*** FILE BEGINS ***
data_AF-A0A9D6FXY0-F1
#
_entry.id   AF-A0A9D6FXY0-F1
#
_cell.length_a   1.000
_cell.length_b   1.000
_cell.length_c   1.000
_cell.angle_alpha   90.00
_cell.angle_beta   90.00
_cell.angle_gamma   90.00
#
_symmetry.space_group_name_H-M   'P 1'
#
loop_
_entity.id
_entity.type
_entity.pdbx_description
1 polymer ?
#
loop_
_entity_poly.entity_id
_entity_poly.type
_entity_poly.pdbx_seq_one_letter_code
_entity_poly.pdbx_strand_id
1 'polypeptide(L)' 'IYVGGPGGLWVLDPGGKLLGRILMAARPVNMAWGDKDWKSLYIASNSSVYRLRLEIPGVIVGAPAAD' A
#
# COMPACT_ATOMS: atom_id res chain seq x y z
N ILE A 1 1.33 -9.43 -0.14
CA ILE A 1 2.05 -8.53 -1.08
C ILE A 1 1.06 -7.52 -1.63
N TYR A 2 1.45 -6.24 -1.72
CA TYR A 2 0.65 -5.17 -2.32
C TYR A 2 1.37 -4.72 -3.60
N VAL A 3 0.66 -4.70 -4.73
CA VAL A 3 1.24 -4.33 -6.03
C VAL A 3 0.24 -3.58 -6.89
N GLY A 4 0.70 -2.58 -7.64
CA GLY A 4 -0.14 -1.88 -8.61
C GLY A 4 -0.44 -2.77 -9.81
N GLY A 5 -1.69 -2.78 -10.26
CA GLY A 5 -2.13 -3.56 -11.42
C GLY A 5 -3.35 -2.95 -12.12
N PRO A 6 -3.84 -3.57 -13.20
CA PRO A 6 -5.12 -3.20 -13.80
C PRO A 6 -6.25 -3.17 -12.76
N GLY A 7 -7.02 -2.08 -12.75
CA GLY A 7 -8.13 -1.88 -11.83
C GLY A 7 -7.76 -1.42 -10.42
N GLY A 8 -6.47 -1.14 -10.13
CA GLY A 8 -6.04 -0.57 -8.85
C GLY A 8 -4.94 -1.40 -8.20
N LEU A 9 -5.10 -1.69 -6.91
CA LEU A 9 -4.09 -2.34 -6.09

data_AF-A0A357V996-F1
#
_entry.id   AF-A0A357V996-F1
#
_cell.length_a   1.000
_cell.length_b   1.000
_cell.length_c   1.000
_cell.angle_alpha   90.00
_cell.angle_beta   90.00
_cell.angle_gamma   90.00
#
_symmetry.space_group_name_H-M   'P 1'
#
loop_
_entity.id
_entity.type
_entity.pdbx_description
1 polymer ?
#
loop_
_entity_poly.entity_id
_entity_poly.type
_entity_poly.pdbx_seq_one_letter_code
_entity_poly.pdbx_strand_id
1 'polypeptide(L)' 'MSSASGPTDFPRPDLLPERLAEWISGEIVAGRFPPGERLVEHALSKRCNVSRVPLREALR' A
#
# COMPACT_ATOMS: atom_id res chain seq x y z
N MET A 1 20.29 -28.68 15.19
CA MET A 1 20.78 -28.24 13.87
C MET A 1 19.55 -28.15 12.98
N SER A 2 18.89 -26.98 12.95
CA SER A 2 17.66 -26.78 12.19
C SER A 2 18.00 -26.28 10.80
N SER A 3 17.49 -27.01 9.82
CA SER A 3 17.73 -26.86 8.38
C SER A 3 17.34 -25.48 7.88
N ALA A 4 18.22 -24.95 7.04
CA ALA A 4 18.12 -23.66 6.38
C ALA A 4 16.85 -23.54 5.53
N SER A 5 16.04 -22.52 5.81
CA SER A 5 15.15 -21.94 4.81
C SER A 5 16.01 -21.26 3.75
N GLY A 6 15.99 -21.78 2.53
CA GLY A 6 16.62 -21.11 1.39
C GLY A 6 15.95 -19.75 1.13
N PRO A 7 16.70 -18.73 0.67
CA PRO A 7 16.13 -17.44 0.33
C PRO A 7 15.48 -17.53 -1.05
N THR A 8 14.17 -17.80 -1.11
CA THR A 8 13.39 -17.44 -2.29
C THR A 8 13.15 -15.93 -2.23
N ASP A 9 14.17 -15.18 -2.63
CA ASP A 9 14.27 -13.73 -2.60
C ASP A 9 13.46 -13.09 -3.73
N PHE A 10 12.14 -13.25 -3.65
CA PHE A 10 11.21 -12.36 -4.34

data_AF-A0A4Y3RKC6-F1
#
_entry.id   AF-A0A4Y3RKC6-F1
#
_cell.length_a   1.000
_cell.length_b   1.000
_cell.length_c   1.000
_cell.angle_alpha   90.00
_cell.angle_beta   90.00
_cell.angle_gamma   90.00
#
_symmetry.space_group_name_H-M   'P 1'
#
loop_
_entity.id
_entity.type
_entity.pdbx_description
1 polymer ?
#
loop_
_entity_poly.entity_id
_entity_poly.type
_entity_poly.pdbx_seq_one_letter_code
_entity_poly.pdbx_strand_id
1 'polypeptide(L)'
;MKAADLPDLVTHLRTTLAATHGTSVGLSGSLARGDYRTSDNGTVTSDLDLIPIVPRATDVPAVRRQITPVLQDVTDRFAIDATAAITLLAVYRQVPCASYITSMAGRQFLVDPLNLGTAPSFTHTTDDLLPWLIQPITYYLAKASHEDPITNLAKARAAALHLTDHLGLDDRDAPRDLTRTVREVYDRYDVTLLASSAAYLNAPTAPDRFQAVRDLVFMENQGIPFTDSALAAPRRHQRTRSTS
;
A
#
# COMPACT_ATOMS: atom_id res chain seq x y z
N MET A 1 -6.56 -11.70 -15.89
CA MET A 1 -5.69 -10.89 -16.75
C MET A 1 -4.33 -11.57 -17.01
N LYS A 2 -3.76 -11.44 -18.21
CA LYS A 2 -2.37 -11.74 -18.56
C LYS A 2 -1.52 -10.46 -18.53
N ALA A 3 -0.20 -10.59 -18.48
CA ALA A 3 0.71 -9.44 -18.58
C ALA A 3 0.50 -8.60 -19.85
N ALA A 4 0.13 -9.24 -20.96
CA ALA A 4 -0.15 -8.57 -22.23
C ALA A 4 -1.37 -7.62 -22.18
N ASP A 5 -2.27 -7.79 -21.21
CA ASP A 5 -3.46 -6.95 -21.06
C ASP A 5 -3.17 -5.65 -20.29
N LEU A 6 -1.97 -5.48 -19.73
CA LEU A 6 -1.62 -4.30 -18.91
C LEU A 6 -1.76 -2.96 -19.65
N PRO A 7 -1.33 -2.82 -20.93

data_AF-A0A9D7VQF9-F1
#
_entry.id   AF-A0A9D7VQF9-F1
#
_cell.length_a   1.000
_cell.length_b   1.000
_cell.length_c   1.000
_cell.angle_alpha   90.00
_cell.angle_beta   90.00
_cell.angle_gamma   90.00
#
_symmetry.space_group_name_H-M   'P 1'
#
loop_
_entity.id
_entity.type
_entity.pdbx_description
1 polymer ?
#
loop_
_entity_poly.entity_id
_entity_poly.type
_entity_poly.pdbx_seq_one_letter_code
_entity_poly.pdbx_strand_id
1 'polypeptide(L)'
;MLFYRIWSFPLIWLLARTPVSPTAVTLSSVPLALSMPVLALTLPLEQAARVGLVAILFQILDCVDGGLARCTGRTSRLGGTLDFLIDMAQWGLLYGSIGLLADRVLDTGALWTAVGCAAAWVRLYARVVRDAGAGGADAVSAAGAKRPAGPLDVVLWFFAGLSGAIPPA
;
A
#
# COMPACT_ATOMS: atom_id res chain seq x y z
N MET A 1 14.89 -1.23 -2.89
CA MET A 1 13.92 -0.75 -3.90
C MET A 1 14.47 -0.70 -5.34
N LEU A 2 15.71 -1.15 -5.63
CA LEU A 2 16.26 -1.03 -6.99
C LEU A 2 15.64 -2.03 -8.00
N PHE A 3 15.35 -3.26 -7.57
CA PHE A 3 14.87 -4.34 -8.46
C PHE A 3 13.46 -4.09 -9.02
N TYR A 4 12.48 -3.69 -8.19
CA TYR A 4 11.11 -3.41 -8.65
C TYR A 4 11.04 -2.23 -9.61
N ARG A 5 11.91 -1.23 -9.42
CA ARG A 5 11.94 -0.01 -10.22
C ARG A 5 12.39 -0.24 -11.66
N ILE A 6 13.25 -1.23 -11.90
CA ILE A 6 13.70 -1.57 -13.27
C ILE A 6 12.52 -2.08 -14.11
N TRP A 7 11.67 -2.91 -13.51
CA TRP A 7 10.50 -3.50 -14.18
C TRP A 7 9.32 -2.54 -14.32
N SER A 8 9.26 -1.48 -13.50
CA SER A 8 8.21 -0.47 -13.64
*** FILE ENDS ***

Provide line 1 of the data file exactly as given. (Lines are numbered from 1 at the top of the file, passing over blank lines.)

data_AF-A0A9D6FXY0-F1